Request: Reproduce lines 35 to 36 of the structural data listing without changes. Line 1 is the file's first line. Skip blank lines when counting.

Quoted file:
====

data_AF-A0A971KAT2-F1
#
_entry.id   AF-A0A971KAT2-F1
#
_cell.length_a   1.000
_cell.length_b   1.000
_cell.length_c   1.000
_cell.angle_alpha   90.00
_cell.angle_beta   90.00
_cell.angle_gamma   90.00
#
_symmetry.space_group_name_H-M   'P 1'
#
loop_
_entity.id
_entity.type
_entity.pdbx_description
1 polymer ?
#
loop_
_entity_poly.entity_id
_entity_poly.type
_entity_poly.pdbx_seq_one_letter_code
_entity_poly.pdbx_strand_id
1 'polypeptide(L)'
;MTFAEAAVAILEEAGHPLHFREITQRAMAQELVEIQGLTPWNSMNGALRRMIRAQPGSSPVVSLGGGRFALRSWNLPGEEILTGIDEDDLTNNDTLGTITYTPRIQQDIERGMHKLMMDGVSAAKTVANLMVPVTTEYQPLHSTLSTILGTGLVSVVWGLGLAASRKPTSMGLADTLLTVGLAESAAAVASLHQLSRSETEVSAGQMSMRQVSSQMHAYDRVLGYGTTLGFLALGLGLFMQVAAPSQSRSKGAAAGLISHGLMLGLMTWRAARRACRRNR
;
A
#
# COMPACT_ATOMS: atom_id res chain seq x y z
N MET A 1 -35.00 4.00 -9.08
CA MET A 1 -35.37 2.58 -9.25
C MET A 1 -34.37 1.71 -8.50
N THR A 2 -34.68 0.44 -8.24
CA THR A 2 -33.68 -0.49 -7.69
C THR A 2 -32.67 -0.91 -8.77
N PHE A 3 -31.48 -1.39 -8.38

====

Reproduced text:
CA THR A 2 -33.68 -0.49 -7.69
C THR A 2 -32.67 -0.91 -8.77